The researchers utilized several procedures for examining the quantitative and qualitative data aspects of the data. The researchers collected raw data and prepared for analysis. Each quantitative and qualitative research approach was initially analyzed separately and then merged in the discussion of the research findings based on the tenets of invitational leadership. For the quantitative analysis, a multivariate analysis of variance method (MANOVA) was utilized to determine any statistical difference in each of the surveys’ subscales or whether dependent and independent variables existed between the two categories. For the qualitative analysis, the researchers found the interviews contributed to an enriched description within the study by providing subsequent triangulation of documents. Specific artifacts helped supplement their depth of understanding of the participating district’s organizational beliefs and priorities. (Burns and Martin, 2010, p. 39).
Compared to the perceived leadership at less effective schools, the effective schools, on average, were led by leaders who were perceived to demonstrate consistently higher attributes of effective invitational leadership qualities (Burns and Martin, 2010, p. 39). Follow-up interviews with teachers and principals established that teachers believed that the invitational qualities of respect and trust were the most influential leadership qualities, while principals viewed “trust as the predominant influencing factor” (p. 29). Their analysis identified significant differences between the usages of invitational leadership qualities in effective schools versus less effective schools. Levels of significance were so compelling that the researchers found it reasonable to clearly conclude that principals leading “effective schools,” as identified through the MSIP process, regularly utilize invitational leadership behaviors. Additionally, during interviews Burns and Martin found the perceptions of these leaders were consistently more positive and affirming than the perceptions of leaders in schools that were identified as less effective. This analysis revealed that effective leadership behaviors prove effective, regardless of the gender of the leader. Participants in the follow-up interviews praised the efforts of effective leaders without regard to gender. Thus, effective leadership characteristics considered helpful in the creation of successful organizations were not based on the leader’s gender (p, 46).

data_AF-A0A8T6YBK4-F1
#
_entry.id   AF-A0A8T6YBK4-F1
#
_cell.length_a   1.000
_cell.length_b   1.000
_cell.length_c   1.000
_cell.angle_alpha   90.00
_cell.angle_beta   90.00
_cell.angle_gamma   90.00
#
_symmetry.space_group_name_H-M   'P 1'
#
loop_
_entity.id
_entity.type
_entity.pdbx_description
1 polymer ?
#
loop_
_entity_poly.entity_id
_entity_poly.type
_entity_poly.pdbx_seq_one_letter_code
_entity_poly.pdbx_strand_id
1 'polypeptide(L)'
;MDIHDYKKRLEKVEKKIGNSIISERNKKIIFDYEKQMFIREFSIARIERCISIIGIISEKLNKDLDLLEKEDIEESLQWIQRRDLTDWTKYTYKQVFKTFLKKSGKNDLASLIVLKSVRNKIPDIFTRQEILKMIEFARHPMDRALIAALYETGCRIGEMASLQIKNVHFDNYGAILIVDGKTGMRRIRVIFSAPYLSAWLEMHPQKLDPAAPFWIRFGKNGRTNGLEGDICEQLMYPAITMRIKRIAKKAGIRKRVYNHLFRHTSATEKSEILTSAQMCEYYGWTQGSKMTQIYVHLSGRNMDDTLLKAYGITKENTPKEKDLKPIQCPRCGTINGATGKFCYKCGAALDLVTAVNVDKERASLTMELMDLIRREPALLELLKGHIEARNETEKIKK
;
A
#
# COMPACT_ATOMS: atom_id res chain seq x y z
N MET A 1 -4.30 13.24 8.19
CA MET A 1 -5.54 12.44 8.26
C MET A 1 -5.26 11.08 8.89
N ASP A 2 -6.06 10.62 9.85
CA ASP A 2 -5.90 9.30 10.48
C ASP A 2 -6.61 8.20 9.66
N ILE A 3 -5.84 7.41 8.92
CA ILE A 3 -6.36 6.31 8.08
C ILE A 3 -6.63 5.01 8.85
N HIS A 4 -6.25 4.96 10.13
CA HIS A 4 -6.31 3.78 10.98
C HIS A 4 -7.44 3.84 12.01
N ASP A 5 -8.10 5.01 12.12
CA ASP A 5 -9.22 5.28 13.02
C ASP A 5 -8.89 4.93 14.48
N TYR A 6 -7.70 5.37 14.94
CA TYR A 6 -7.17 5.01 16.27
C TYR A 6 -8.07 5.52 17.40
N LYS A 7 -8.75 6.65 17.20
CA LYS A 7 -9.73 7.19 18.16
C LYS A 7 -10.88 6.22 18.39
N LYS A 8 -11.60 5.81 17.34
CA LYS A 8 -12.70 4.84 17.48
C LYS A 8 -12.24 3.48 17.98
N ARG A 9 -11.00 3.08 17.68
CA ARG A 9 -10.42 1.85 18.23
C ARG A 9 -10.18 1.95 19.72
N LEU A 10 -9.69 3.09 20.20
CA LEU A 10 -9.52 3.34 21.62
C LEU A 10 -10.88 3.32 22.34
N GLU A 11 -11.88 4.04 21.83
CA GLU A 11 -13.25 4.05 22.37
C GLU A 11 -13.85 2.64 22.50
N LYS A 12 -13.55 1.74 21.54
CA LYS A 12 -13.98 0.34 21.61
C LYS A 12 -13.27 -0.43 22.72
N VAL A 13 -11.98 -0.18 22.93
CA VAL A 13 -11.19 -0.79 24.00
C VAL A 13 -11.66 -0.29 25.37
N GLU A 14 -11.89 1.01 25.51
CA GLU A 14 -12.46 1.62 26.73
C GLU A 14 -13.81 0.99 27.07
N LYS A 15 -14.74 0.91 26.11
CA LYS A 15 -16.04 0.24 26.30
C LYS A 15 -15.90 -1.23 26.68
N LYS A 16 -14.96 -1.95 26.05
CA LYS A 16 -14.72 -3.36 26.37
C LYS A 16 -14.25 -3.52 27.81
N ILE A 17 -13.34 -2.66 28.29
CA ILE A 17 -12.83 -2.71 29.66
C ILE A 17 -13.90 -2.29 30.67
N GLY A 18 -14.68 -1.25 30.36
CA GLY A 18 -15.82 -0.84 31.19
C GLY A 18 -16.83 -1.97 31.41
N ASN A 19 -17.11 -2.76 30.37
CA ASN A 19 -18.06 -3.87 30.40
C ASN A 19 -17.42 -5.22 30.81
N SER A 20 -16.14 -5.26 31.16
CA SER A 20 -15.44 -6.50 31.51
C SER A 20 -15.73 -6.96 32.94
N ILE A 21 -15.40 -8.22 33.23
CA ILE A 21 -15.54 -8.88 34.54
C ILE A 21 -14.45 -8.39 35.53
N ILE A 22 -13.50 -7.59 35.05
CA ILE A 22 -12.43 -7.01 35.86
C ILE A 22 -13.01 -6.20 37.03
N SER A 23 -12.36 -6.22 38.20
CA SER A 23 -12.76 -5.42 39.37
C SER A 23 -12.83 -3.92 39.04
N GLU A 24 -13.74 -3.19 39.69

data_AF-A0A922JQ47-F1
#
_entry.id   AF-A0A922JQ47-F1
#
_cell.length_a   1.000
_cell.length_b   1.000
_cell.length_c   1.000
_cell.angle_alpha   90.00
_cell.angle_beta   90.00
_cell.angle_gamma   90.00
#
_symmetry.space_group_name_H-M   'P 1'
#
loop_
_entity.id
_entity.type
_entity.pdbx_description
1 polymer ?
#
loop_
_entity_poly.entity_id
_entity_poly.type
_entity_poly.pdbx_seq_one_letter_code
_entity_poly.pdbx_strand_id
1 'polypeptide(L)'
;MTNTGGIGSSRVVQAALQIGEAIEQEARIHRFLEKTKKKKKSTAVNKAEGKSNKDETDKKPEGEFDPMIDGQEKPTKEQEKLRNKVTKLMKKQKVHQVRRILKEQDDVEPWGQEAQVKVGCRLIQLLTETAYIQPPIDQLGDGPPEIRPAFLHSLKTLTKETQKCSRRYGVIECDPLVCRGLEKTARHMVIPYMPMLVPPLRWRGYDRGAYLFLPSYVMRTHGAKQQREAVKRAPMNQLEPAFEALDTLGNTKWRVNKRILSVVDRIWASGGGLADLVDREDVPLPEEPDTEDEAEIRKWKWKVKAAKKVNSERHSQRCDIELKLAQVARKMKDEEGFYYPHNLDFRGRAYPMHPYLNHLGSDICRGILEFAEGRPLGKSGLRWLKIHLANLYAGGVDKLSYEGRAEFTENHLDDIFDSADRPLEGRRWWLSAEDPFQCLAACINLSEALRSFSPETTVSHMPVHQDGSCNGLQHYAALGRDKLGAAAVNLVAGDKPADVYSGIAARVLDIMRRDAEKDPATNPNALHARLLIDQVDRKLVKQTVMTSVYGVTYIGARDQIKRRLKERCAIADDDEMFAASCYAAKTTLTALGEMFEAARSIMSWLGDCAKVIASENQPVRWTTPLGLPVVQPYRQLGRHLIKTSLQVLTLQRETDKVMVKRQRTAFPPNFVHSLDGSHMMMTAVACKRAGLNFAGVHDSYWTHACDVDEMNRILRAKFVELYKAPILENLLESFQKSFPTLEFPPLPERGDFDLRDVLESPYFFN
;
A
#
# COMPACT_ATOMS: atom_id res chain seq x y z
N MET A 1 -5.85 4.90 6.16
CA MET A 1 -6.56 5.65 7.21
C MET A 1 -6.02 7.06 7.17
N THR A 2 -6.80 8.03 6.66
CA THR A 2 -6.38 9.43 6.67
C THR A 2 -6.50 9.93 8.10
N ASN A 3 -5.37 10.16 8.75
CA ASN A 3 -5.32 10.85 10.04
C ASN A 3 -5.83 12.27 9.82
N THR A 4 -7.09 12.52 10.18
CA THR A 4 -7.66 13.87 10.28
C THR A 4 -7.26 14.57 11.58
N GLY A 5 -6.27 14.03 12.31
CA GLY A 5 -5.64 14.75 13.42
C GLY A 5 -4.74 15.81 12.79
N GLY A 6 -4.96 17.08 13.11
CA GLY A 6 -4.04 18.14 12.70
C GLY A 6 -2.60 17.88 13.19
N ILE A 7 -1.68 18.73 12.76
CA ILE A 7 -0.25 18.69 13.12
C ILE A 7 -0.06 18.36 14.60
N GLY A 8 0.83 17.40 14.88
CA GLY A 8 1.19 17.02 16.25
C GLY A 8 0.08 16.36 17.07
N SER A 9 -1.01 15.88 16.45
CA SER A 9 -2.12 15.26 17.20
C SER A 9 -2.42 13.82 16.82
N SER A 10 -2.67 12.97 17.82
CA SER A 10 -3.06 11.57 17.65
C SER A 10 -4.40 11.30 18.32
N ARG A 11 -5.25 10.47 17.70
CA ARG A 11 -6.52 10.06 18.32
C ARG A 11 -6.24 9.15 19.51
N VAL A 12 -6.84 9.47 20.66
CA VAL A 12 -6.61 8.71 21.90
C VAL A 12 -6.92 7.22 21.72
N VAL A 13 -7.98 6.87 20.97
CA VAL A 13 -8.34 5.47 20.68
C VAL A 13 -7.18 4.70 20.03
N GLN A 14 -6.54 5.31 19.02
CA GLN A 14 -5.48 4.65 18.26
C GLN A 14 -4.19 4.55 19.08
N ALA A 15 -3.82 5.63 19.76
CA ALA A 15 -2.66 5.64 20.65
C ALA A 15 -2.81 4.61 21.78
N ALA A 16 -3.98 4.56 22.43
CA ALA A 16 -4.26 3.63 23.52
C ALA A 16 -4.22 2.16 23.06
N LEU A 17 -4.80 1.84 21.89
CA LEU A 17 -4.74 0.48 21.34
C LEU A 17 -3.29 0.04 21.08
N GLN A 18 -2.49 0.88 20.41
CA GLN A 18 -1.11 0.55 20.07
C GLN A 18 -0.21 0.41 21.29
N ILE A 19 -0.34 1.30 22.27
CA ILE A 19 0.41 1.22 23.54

Given the researchers’ credentials, soundness of methodology, and thoroughness of their literature review, Burns and Martin’s contention that invitational leadership theory can be a process for improving schools is very sound. As a result their stated implications are also valid. For instance, one implication for practice would be encouraging school districts to attend to the tenets of invitational leadership, applying them accordingly to their educational setting, and considering the selection of leadership candidates based on their beliefs regarding invitational leadership theory (Burns and Martin, 2010, p. 47). Based on the results from the study, the researchers believe principals have the power to positively create an effective learning organization. Therefore, university-level leadership preparation programs should utilize invitational leadership theory during the training of aspiring leaders. Another implication for future practice can be derived from the invitational leadership’s assumption of intentionality. Citing Stillion and Siegel’s recommendation for all leaders becoming “well-versed in the issue of intentionality” (2005, p. 9), it is reasonable to advance the definition presented by Day, et. al., (2001), whereby intentionality is “a decision to purposely act in a certain way, to achieve and carry out a set goal” (p.34).
Anderson, C.J. (November 30, 2017) Invitational Leadership Theory and Intentionality: Powerful tools for